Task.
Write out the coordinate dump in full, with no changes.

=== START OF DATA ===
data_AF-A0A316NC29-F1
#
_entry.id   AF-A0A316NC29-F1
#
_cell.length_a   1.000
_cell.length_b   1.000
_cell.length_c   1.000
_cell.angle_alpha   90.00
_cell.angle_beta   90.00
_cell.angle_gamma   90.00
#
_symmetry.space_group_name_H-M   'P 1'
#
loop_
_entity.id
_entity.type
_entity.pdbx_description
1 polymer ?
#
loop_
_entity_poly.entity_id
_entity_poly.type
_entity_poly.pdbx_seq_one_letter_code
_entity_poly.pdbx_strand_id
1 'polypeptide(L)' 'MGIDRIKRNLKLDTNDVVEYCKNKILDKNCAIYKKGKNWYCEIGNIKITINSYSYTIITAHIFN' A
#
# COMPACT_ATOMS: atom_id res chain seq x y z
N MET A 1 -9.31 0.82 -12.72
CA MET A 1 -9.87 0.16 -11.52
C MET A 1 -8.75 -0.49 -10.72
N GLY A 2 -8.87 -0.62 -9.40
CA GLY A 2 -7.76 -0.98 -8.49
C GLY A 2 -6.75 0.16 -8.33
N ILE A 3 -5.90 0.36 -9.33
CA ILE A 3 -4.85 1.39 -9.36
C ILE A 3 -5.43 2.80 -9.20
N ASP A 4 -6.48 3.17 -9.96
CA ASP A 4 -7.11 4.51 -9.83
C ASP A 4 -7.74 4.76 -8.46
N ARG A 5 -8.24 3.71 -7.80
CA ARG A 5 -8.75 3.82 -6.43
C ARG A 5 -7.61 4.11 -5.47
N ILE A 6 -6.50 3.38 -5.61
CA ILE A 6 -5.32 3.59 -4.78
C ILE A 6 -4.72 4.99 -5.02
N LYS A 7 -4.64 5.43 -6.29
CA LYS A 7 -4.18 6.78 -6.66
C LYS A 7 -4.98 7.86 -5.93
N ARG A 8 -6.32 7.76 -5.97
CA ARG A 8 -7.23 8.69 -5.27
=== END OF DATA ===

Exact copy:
data_AF-A0A316NC29-F1
#
_entry.id   AF-A0A316NC29-F1
#
_cell.length_a   1.000
_cell.length_b   1.000
_cell.length_c   1.000
_cell.angle_alpha   90.00
_cell.angle_beta   90.00
_cell.angle_gamma   90.00
#
_symmetry.space_group_name_H-M   'P 1'
#
loop_
_entity.id
_entity.type
_entity.pdbx_description
1 polymer ?
#
loop_
_entity_poly.entity_id
_entity_poly.type
_entity_poly.pdbx_seq_one_letter_code
_entity_poly.pdbx_strand_id
1 'polypeptide(L)' 'MGIDRIKRNLKLDTNDVVEYCKNKILDKNCAIYKKGKNWYCEIGNIKITINSYSYTIITAHIFN' A
#
# COMPACT_ATOMS: atom_id res chain seq x y z
N MET A 1 -9.31 0.82 -12.72
CA MET A 1 -9.87 0.16 -11.52
C MET A 1 -8.75 -0.49 -10.72
N GLY A 2 -8.87 -0.62 -9.40
CA GLY A 2 -7.76 -0.98 -8.49
C GLY A 2 -6.75 0.16 -8.33
N ILE A 3 -5.90 0.36 -9.33
CA ILE A 3 -4.85 1.39 -9.36
C ILE A 3 -5.43 2.80 -9.20
N ASP A 4 -6.48 3.17 -9.96
CA ASP A 4 -7.11 4.51 -9.83
C ASP A 4 -7.74 4.76 -8.46
N ARG A 5 -8.24 3.71 -7.80
CA ARG A 5 -8.75 3.82 -6.43
C ARG A 5 -7.61 4.11 -5.47
N ILE A 6 -6.50 3.38 -5.61
CA ILE A 6 -5.32 3.59 -4.78
C ILE A 6 -4.72 4.99 -5.02
N LYS A 7 -4.64 5.43 -6.29
CA LYS A 7 -4.18 6.78 -6.66
C LYS A 7 -4.98 7.86 -5.93
N ARG A 8 -6.32 7.76 -5.97
CA ARG A 8 -7.23 8.69 -5.27